But the outstanding feature of the complex is the Earl’s Palace. This was added to the site in the first decade of the 17th century by Earl Patrick Stewart, or rather by forced labour working on the instructions of Stewart. Patrick Stewart’s father Robert was an illegitimate son of James V, and so was a half-brother of Mary Queen of Scots. The Stewarts were hated by the populace. They taxed the ordinary people excessively and used them as forced labour to build their palace and castles on the islands. But they overreached themselves, and in 1615 Patrick Stewart was arrested. His son tried to ferment a revolt against the crown. In the end the revolt was put down and father and son were executed in Edinburgh.
But the palace they built in Kirkwall was one of the best pieces of renaissance architecture in Scotland. With its corner turrets and oriel windows, it is a world away from the austere, defensive tower house that was the usual building design for noble’s houses only a few decades before. But it was built by heavily taxing the population and using their forced labour. Today it is ruined, but the magnificence of the building in its heyday is still obvious. The Earl’s Palace was a statement of comfort, beauty and status, built for the corrupt Stewart earls.
The Orkneys and Shetland, and the Earl’s Palace have a connection with the Douglas clan (my clan). In 1643 William Douglas, the 7th Earl of Morton, was granted the “regalities” (that is the rights and privileges due to the king) in Orkney and Zetland, as Shetland was known, by King Charles I. Morton was one of the King’s strongest supporters. He had sold his Dalkeith estate so he could advance £100,000, a massive sum at the time, to the king at the outbreak of the War of the Three Kingdoms (also known as the English Civil War). When Charles lost the war Morton retired to Kirkwall and died there in 1648 of natural causes. His son died the next year, and the 9th Earl inherited.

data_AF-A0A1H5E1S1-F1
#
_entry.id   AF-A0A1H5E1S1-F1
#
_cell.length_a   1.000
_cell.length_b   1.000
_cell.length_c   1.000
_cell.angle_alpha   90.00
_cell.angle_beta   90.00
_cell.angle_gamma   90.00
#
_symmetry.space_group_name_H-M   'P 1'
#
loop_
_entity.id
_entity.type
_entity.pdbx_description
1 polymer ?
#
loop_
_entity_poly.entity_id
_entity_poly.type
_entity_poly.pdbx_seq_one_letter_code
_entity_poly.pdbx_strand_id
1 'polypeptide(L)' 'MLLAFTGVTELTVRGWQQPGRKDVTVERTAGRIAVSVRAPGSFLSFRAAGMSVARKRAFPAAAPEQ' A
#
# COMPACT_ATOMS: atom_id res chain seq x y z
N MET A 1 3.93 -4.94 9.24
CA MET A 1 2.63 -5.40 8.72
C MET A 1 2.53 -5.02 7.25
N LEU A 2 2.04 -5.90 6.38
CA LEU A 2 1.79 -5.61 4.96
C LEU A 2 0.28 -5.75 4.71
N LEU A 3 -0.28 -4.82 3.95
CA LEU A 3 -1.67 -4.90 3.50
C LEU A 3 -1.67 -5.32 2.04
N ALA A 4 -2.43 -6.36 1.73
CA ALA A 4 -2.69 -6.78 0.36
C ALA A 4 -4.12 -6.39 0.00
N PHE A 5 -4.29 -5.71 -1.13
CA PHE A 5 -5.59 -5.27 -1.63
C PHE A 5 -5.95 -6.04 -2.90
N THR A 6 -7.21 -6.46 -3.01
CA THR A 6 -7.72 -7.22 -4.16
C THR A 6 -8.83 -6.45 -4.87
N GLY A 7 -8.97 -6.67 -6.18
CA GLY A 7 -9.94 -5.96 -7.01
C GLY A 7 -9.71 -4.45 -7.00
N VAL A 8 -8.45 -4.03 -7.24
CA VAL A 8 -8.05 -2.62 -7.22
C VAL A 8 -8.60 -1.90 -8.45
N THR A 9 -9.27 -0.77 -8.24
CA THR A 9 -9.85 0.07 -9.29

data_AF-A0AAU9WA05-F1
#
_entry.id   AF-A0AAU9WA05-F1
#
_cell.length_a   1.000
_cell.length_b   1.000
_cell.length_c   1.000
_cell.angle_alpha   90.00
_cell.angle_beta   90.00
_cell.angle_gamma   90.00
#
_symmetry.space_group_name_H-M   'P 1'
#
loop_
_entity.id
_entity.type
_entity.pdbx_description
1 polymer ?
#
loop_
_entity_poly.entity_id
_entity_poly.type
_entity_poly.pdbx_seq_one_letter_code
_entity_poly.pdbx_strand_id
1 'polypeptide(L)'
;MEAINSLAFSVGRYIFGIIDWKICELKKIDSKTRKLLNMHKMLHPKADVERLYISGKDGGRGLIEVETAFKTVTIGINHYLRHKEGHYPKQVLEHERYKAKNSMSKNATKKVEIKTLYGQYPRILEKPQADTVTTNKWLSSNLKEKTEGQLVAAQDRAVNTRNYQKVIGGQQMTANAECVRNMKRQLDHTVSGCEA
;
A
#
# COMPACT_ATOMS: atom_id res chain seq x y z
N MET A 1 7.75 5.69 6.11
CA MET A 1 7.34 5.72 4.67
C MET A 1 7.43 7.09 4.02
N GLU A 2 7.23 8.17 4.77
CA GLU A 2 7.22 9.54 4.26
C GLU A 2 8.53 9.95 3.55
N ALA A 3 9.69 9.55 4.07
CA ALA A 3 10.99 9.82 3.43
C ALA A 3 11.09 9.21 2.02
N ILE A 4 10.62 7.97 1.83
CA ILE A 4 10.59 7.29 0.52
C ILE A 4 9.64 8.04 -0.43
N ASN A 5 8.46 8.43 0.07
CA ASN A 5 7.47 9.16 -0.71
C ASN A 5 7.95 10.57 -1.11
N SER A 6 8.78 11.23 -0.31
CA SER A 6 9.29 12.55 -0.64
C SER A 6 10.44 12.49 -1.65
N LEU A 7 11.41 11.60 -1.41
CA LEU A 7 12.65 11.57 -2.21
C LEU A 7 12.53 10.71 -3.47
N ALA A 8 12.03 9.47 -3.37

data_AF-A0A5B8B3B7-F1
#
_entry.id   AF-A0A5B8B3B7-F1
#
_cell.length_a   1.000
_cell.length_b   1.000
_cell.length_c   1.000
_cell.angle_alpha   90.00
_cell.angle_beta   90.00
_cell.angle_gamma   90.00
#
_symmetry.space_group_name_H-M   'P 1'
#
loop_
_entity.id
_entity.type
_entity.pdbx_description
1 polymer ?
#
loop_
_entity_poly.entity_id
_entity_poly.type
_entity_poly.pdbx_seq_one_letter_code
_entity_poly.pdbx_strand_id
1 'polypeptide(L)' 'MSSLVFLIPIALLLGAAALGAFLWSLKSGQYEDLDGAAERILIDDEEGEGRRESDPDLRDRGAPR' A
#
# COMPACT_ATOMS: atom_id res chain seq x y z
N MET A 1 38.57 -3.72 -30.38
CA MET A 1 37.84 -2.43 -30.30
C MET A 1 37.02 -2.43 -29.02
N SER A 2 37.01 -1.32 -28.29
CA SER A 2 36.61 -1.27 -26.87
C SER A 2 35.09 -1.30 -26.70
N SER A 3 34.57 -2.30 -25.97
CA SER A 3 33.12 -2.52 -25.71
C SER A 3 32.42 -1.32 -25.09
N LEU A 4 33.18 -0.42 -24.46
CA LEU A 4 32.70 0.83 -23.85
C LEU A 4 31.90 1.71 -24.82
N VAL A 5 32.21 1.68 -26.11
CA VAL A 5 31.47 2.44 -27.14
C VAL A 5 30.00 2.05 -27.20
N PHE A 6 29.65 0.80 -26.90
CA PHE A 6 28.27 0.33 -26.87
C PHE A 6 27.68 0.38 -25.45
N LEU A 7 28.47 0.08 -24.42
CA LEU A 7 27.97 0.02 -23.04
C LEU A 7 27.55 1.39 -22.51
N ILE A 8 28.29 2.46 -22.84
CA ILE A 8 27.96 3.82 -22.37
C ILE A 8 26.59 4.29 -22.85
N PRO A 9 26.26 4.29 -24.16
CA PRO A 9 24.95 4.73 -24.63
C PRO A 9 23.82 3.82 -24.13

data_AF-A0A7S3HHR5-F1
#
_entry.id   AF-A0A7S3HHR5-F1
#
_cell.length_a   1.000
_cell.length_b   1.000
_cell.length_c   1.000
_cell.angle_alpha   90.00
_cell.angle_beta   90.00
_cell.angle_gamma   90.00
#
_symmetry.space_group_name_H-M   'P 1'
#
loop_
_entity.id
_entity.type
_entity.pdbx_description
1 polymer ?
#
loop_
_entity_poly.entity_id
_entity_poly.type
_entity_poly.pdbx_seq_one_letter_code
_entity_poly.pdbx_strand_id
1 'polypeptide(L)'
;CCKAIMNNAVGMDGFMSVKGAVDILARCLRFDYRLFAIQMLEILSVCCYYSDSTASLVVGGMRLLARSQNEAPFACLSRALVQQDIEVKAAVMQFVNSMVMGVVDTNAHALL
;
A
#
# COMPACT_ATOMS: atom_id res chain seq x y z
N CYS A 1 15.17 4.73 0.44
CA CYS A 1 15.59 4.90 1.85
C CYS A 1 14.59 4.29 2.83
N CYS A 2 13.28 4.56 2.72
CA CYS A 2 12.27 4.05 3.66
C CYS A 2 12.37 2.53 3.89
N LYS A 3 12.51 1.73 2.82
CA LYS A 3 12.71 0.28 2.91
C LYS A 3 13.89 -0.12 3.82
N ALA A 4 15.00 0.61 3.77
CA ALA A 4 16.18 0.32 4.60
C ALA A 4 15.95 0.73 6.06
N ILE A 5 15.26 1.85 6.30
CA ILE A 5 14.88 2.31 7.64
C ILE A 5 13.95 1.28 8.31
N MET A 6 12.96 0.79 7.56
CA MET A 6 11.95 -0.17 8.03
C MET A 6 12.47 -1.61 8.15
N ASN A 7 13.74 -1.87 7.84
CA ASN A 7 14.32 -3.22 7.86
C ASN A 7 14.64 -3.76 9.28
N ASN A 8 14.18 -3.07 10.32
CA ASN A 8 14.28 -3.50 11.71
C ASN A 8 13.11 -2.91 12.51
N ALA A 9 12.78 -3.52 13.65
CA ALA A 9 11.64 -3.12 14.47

In 1652 Orkney was garrisoned by Oliver Cromwell’s parliamentarian troops. They used the adjoining St Magnus Cathedral as a stables and the palace as a barracks.
But the palace fell into disuse. By 1705 it was a roofless ruin. But the magnificence of the building in its heyday is still obvious.
How Could we Have Made Better Use of Our Time on Orkney?
This is my third post describing what we saw in our one day on Orkney. Based on our experience the best way for a history nerd to make the best use of a day on Orkney would have been to hire a car. This is what we did on an earlier visit in 2015. Particularly if there are two or more in your party it will be cheaper than tours organised by your cruise liner, as well as giving you the freedom to take in a range of sites. Basically you could follow a circular route west of Kirkwall, taking in Maeshowe, Skara Brae, the Gurness Broch complex, the Ring of Brodgar, the Stones of Stenness. That would be a full day as is. If time had allowed on returning to Kirkwall you could visit St Magnus Cathedral, the Earl’s Palace and the excellent museum opposite the cathedral.
However, rather than taking the above advice, arrange to stay in the Orkneys for a week! There is just so much history to see on the main island and other islands in the group. Even a week isn’t enough – make it a fortnight.